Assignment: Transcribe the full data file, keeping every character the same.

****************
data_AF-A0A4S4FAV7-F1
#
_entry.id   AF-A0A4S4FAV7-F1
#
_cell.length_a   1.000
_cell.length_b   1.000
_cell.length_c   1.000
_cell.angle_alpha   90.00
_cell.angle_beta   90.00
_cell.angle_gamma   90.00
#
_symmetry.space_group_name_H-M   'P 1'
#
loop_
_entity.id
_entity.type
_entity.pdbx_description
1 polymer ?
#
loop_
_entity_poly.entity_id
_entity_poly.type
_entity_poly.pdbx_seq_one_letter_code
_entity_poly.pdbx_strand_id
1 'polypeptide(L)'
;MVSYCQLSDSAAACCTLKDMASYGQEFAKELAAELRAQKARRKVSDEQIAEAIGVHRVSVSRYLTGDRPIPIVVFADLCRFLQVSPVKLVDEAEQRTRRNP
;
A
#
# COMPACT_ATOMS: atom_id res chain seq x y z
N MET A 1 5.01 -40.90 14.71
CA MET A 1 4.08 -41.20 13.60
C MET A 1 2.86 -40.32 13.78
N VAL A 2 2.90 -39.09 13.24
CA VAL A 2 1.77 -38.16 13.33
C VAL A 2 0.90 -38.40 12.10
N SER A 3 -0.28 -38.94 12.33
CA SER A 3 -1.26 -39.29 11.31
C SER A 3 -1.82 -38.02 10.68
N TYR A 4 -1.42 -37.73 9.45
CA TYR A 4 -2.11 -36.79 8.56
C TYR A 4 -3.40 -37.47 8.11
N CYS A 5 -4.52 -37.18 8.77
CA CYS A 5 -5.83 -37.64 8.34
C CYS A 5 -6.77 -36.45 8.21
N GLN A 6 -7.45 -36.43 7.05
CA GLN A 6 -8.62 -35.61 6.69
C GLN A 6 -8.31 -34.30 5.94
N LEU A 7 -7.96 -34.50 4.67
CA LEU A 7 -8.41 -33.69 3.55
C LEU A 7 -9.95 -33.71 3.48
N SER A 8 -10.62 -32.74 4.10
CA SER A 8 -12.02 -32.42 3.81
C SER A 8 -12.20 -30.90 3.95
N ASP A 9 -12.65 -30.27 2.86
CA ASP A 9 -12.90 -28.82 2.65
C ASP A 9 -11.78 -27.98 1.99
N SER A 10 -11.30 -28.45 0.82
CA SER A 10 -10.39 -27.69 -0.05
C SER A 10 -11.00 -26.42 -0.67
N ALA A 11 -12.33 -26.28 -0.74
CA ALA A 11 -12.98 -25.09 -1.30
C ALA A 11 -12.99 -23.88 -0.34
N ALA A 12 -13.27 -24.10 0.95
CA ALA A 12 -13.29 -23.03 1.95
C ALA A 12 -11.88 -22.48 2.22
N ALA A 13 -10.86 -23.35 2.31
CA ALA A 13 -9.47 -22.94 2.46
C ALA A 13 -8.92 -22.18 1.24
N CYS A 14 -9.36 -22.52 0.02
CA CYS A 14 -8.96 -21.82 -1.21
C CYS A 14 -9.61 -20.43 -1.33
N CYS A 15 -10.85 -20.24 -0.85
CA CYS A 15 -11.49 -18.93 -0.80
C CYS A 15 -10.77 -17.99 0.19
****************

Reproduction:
data_AF-A0A4S4FAV7-F1
#
_entry.id   AF-A0A4S4FAV7-F1
#
_cell.length_a   1.000
_cell.length_b   1.000
_cell.length_c   1.000
_cell.angle_alpha   90.00
_cell.angle_beta   90.00
_cell.angle_gamma   90.00
#
_symmetry.space_group_name_H-M   'P 1'
#
loop_
_entity.id
_entity.type
_entity.pdbx_description
1 polymer ?
#
loop_
_entity_poly.entity_id
_entity_poly.type
_entity_poly.pdbx_seq_one_letter_code
_entity_poly.pdbx_strand_id
1 'polypeptide(L)'
;MVSYCQLSDSAAACCTLKDMASYGQEFAKELAAELRAQKARRKVSDEQIAEAIGVHRVSVSRYLTGDRPIPIVVFADLCRFLQVSPVKLVDEAEQRTRRNP
;
A
#
# COMPACT_ATOMS: atom_id res chain seq x y z
N MET A 1 5.01 -40.90 14.71
CA MET A 1 4.08 -41.20 13.60
C MET A 1 2.86 -40.32 13.78
N VAL A 2 2.90 -39.09 13.24
CA VAL A 2 1.77 -38.16 13.33
C VAL A 2 0.90 -38.40 12.10
N SER A 3 -0.28 -38.94 12.33
CA SER A 3 -1.26 -39.29 11.31
C SER A 3 -1.82 -38.02 10.68
N TYR A 4 -1.42 -37.73 9.45
CA TYR A 4 -2.11 -36.79 8.56
C TYR A 4 -3.40 -37.47 8.11
N CYS A 5 -4.52 -37.18 8.77
CA CYS A 5 -5.83 -37.64 8.34
C CYS A 5 -6.77 -36.45 8.21
N GLN A 6 -7.45 -36.43 7.05
CA GLN A 6 -8.62 -35.61 6.69
C GLN A 6 -8.31 -34.30 5.94
N LEU A 7 -7.96 -34.50 4.67
CA LEU A 7 -8.41 -33.69 3.55
C LEU A 7 -9.95 -33.71 3.48
N SER A 8 -10.62 -32.74 4.10
CA SER A 8 -12.02 -32.42 3.81
C SER A 8 -12.20 -30.90 3.95
N ASP A 9 -12.65 -30.27 2.86
CA ASP A 9 -12.90 -28.82 2.65
C ASP A 9 -11.78 -27.98 1.99
N SER A 10 -11.30 -28.45 0.82
CA SER A 10 -10.39 -27.69 -0.05
C SER A 10 -11.00 -26.42 -0.67
N ALA A 11 -12.33 -26.28 -0.74
CA ALA A 11 -12.98 -25.09 -1.30
C ALA A 11 -12.99 -23.88 -0.34
N ALA A 12 -13.27 -24.10 0.95
CA ALA A 12 -13.29 -23.03 1.95
C ALA A 12 -11.88 -22.48 2.22
N ALA A 13 -10.86 -23.35 2.31
CA ALA A 13 -9.47 -22.94 2.46
C ALA A 13 -8.92 -22.18 1.24
N CYS A 14 -9.36 -22.52 0.02
CA CYS A 14 -8.96 -21.82 -1.21
C CYS A 14 -9.61 -20.43 -1.33
N CYS A 15 -10.85 -20.24 -0.85
CA CYS A 15 -11.49 -18.93 -0.80
C CYS A 15 -10.77 -17.99 0.19